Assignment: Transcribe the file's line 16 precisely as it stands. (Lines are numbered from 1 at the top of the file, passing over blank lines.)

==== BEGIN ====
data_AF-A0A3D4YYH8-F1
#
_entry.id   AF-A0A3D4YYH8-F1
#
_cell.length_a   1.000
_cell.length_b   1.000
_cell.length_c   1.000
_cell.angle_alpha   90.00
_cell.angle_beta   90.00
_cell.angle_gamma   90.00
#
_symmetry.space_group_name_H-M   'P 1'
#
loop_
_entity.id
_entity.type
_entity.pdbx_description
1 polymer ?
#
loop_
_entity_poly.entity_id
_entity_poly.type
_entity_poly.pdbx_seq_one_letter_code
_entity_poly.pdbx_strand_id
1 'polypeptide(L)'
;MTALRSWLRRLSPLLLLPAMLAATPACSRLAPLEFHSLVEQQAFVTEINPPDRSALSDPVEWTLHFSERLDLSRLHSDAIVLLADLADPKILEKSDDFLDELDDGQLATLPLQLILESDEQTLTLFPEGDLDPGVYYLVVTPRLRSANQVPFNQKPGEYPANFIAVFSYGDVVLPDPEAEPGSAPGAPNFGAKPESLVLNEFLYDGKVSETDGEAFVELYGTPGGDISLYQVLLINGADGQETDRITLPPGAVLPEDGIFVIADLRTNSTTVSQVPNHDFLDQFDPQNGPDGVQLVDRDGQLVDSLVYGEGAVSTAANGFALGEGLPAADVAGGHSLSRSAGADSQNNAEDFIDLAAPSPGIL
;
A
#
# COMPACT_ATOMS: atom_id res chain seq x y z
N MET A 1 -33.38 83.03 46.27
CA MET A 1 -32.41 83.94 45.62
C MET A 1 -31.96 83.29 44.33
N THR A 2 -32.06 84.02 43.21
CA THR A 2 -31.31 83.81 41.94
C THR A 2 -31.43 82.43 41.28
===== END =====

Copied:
_entity.type